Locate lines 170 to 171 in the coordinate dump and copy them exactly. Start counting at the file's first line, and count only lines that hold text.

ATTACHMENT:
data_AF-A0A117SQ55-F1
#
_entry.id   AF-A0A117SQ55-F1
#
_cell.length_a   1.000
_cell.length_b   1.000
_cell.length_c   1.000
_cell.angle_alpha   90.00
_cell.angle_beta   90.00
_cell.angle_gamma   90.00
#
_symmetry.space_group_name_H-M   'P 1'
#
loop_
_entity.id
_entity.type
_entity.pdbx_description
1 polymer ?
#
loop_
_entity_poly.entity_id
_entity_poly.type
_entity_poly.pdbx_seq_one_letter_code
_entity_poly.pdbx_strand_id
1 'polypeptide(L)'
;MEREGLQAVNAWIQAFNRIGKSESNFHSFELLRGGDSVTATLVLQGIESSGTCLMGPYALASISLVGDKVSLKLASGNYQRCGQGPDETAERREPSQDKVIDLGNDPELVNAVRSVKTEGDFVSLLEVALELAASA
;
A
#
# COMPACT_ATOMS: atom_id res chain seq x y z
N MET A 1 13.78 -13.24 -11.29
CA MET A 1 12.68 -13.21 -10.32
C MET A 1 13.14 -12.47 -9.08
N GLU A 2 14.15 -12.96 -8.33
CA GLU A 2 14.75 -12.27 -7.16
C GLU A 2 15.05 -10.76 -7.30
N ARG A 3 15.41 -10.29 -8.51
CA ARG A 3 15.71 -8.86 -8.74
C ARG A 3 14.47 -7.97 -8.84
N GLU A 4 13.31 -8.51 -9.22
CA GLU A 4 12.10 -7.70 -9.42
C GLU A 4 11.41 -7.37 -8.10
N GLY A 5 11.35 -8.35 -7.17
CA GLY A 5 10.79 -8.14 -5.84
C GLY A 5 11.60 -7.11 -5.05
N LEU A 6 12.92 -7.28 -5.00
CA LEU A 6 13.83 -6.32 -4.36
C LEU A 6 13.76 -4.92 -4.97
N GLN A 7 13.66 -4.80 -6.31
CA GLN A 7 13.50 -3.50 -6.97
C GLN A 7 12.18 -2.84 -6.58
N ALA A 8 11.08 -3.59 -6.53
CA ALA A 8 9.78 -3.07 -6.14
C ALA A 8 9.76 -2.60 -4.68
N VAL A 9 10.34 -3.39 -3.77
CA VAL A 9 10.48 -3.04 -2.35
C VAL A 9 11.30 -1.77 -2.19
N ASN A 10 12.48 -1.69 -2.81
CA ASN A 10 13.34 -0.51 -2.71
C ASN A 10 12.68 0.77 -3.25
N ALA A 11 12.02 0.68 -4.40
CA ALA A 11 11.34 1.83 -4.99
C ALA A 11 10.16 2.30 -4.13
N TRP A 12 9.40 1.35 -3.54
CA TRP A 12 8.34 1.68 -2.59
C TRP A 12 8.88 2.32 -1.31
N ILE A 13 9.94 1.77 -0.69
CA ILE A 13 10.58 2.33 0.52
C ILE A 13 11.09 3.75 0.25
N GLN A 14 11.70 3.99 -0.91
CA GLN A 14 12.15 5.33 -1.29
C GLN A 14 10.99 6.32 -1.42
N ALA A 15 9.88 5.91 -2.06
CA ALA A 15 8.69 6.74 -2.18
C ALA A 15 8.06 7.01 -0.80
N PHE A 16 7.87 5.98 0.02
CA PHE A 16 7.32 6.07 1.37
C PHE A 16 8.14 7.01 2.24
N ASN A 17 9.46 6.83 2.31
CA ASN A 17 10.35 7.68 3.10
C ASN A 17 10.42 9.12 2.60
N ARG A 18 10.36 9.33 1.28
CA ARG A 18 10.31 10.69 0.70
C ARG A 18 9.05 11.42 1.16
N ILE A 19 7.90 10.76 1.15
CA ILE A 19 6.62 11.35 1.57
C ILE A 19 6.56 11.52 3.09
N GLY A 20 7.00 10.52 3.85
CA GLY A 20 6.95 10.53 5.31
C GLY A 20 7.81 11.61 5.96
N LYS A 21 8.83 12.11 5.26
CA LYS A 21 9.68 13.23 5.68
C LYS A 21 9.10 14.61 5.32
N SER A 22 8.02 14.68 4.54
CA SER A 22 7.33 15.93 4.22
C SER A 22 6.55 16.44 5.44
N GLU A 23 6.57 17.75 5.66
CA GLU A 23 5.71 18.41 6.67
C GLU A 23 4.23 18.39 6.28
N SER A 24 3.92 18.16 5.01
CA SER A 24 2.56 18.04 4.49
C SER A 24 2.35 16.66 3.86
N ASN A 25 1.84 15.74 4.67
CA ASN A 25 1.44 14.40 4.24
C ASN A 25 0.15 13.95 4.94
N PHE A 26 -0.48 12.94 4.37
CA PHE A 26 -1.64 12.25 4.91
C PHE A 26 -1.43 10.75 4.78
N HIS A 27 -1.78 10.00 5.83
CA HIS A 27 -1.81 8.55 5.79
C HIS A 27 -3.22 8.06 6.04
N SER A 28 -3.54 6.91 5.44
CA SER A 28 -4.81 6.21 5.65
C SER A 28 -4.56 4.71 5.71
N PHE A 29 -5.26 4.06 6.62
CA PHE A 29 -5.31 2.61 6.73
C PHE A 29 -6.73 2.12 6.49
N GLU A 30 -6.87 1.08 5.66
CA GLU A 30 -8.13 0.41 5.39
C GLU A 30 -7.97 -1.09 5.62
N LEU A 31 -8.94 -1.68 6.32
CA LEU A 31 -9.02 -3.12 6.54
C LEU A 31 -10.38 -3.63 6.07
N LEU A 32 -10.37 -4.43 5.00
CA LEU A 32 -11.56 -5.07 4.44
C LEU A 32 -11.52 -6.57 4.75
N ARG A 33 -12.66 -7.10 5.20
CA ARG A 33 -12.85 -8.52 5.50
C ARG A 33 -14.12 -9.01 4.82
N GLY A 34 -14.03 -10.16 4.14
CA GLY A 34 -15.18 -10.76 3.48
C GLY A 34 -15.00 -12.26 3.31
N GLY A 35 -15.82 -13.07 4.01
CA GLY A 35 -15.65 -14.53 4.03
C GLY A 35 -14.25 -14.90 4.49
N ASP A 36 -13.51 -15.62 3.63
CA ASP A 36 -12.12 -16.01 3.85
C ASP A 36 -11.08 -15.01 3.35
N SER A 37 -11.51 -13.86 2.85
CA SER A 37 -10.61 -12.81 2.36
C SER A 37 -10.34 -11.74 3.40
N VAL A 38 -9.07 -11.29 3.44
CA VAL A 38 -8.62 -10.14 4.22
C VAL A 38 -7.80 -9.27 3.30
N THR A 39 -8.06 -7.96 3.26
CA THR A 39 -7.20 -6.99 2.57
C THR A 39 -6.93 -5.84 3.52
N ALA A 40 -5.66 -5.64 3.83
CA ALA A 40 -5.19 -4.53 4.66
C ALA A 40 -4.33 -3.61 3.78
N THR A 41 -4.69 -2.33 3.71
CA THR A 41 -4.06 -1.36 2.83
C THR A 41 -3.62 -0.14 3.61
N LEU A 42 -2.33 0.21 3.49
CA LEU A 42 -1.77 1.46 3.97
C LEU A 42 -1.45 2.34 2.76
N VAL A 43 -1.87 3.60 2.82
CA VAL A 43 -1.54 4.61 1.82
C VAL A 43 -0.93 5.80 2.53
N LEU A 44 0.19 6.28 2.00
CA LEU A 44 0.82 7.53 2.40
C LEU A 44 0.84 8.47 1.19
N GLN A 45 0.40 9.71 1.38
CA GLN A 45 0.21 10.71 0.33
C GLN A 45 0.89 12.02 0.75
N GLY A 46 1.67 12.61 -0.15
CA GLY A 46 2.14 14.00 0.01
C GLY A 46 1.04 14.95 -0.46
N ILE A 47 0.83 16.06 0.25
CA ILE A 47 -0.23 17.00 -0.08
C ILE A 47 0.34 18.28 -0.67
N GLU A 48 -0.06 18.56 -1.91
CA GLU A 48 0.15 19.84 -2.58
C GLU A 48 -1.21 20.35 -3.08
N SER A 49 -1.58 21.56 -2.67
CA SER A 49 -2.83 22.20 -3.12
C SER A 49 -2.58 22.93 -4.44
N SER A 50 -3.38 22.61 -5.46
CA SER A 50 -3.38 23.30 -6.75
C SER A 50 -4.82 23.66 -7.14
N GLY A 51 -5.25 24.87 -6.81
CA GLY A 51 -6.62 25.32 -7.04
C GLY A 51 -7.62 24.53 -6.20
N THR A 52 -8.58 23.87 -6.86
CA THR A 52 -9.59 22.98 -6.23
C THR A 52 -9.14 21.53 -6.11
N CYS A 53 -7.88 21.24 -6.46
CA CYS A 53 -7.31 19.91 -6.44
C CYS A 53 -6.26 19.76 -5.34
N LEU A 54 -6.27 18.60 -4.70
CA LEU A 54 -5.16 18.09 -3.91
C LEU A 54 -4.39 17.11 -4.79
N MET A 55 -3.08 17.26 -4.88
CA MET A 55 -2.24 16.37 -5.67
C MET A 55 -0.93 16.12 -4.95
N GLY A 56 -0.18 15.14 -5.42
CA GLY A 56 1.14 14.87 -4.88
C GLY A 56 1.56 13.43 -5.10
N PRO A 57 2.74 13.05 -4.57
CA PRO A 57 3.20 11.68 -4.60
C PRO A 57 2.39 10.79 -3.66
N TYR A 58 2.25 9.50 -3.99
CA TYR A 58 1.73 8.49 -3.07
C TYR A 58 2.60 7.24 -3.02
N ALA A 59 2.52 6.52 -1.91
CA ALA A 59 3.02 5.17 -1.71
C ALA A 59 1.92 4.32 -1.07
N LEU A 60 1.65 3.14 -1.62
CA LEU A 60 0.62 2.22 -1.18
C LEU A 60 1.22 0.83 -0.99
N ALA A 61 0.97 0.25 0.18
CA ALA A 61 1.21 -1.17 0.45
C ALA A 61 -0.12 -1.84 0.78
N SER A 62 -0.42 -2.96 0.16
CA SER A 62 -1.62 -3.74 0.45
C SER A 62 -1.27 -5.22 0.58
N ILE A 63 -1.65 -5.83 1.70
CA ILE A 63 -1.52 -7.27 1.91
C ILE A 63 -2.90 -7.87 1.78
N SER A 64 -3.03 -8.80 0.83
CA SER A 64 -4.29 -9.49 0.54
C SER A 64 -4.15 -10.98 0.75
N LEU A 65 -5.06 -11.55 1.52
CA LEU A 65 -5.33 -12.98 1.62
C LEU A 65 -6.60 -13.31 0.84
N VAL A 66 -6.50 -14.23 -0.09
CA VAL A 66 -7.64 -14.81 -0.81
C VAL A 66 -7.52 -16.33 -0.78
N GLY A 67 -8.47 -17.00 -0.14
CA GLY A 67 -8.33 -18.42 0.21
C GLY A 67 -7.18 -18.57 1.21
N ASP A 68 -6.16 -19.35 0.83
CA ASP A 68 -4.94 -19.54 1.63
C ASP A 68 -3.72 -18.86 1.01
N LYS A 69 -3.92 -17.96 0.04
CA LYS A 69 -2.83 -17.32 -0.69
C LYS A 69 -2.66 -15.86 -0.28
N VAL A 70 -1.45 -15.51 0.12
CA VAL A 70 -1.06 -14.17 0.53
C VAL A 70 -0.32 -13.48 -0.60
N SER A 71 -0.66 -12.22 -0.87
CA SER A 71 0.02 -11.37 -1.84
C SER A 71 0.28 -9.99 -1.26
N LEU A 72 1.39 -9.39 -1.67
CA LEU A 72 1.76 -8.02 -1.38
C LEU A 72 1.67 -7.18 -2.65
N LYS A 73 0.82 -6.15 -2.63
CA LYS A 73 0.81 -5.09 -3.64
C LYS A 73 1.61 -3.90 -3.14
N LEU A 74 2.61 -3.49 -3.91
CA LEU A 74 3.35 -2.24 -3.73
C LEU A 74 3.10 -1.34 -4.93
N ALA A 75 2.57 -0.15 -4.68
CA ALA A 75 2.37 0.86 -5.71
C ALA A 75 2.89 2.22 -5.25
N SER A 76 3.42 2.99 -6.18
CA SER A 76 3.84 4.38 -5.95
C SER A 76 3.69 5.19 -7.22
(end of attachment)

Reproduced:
CA ILE A 47 -0.23 17.00 -0.08
C ILE A 47 0.34 18.28 -0.67